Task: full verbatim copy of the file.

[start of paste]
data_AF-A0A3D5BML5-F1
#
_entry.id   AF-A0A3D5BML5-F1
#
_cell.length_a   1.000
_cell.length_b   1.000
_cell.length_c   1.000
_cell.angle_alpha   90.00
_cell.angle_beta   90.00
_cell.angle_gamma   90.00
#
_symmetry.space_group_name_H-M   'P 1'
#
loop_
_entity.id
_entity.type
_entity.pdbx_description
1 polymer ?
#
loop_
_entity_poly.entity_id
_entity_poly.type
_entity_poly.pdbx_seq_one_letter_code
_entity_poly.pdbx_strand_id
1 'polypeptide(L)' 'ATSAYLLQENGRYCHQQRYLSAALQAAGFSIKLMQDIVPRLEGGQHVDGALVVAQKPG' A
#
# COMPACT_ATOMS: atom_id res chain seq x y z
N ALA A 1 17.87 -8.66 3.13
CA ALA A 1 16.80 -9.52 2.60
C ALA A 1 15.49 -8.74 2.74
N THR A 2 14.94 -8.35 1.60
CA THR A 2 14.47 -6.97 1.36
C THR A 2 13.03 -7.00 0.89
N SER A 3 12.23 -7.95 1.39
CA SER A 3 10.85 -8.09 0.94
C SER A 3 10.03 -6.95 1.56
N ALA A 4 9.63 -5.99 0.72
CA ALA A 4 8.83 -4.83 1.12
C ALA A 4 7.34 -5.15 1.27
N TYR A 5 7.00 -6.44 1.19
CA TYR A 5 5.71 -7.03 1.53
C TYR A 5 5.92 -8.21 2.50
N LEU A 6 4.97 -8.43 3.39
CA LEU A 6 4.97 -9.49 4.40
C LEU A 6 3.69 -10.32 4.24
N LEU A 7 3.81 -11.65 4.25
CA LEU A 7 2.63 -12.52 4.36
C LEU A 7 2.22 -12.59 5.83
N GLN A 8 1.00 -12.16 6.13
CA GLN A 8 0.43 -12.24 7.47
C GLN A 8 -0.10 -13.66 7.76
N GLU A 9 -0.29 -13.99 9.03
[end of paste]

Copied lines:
data_AF-A0A3D5BML5-F1
#
_entry.id   AF-A0A3D5BML5-F1
#
_cell.length_a   1.000
_cell.length_b   1.000
_cell.length_c   1.000
_cell.angle_alpha   90.00
_cell.angle_beta   90.00
_cell.angle_gamma   90.00
#
_symmetry.space_group_name_H-M   'P 1'
#
loop_
_entity.id
_entity.type
_entity.pdbx_description
1 polymer ?
#
loop_
_entity_poly.entity_id
_entity_poly.type
_entity_poly.pdbx_seq_one_letter_code
_entity_poly.pdbx_strand_id
1 'polypeptide(L)' 'ATSAYLLQENGRYCHQQRYLSAALQAAGFSIKLMQDIVPRLEGGQHVDGALVVAQKPG' A
#
# COMPACT_ATOMS: atom_id res chain seq x y z
N ALA A 1 17.87 -8.66 3.13
CA ALA A 1 16.80 -9.52 2.60
C ALA A 1 15.49 -8.74 2.74
N THR A 2 14.94 -8.35 1.60
CA THR A 2 14.47 -6.97 1.36
C THR A 2 13.03 -7.00 0.89
N SER A 3 12.23 -7.95 1.39
CA SER A 3 10.85 -8.09 0.94
C SER A 3 10.03 -6.95 1.56
N ALA A 4 9.63 -5.99 0.72
CA ALA A 4 8.83 -4.83 1.12
C ALA A 4 7.34 -5.15 1.27
N TYR A 5 7.00 -6.44 1.19
CA TYR A 5 5.71 -7.03 1.53
C TYR A 5 5.92 -8.21 2.50
N LEU A 6 4.97 -8.43 3.39
CA LEU A 6 4.97 -9.49 4.40
C LEU A 6 3.69 -10.32 4.24
N LEU A 7 3.81 -11.65 4.25
CA LEU A 7 2.63 -12.52 4.36
C LEU A 7 2.22 -12.59 5.83
N GLN A 8 1.00 -12.16 6.13
CA GLN A 8 0.43 -12.24 7.47
C GLN A 8 -0.10 -13.66 7.76
N GLU A 9 -0.29 -13.99 9.03